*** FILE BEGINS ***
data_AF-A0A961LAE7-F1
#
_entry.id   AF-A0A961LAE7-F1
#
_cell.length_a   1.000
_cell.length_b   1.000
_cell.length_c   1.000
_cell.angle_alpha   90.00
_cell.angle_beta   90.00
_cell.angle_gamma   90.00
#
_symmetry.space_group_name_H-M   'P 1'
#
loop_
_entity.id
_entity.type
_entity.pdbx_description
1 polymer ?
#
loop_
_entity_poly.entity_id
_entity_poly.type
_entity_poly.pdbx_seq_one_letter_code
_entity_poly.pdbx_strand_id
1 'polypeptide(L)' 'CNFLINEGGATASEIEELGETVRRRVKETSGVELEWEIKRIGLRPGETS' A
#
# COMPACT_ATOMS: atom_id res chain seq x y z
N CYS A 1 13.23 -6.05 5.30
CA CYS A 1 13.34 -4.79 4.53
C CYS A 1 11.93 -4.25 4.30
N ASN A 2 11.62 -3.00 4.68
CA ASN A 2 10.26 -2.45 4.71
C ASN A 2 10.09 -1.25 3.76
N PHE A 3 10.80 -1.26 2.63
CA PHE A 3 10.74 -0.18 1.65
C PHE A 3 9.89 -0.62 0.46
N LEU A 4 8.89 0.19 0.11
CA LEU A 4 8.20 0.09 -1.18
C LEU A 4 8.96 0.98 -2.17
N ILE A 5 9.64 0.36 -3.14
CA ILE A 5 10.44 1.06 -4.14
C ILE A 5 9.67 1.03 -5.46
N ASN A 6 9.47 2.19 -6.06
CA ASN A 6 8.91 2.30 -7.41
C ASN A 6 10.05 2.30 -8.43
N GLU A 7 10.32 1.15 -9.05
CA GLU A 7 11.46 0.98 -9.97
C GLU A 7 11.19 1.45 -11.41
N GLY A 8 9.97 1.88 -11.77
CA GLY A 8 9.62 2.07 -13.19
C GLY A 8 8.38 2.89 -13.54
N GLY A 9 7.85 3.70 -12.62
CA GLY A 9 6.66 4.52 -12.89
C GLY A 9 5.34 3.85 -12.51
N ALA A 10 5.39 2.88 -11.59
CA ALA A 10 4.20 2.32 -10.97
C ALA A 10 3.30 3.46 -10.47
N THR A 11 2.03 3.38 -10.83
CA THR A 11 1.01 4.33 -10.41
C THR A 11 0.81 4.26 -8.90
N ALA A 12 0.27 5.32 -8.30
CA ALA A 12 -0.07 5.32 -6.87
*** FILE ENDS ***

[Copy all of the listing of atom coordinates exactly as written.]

data_AF-A0A961LAE7-F1
#
_entry.id   AF-A0A961LAE7-F1
#
_cell.length_a   1.000
_cell.length_b   1.000
_cell.length_c   1.000
_cell.angle_alpha   90.00
_cell.angle_beta   90.00
_cell.angle_gamma   90.00
#
_symmetry.space_group_name_H-M   'P 1'
#
loop_
_entity.id
_entity.type
_entity.pdbx_description
1 polymer ?
#
loop_
_entity_poly.entity_id
_entity_poly.type
_entity_poly.pdbx_seq_one_letter_code
_entity_poly.pdbx_strand_id
1 'polypeptide(L)' 'CNFLINEGGATASEIEELGETVRRRVKETSGVELEWEIKRIGLRPGETS' A
#
# COMPACT_ATOMS: atom_id res chain seq x y z
N CYS A 1 13.23 -6.05 5.30
CA CYS A 1 13.34 -4.79 4.53
C CYS A 1 11.93 -4.25 4.30
N ASN A 2 11.62 -3.00 4.68
CA ASN A 2 10.26 -2.45 4.71
C ASN A 2 10.09 -1.25 3.76
N PHE A 3 10.80 -1.26 2.63
CA PHE A 3 10.74 -0.18 1.65
C PHE A 3 9.89 -0.62 0.46
N LEU A 4 8.89 0.19 0.11
CA LEU A 4 8.20 0.09 -1.18
C LEU A 4 8.96 0.98 -2.17
N ILE A 5 9.64 0.36 -3.14
CA ILE A 5 10.44 1.06 -4.14
C ILE A 5 9.67 1.03 -5.46
N ASN A 6 9.47 2.19 -6.06
CA ASN A 6 8.91 2.30 -7.41
C ASN A 6 10.05 2.30 -8.43
N GLU A 7 10.32 1.15 -9.05
CA GLU A 7 11.46 0.98 -9.97
C GLU A 7 11.19 1.45 -11.41
N GLY A 8 9.97 1.88 -11.77
CA GLY A 8 9.62 2.07 -13.19
C GLY A 8 8.38 2.89 -13.54
N GLY A 9 7.85 3.70 -12.62
CA GLY A 9 6.66 4.52 -12.89
C GLY A 9 5.34 3.85 -12.51
N ALA A 10 5.39 2.88 -11.59
CA ALA A 10 4.20 2.32 -10.97
C ALA A 10 3.30 3.46 -10.47
N THR A 11 2.03 3.38 -10.83
CA THR A 11 1.01 4.33 -10.41
C THR A 11 0.81 4.26 -8.90
N ALA A 12 0.27 5.32 -8.30
CA ALA A 12 -0.07 5.32 -6.87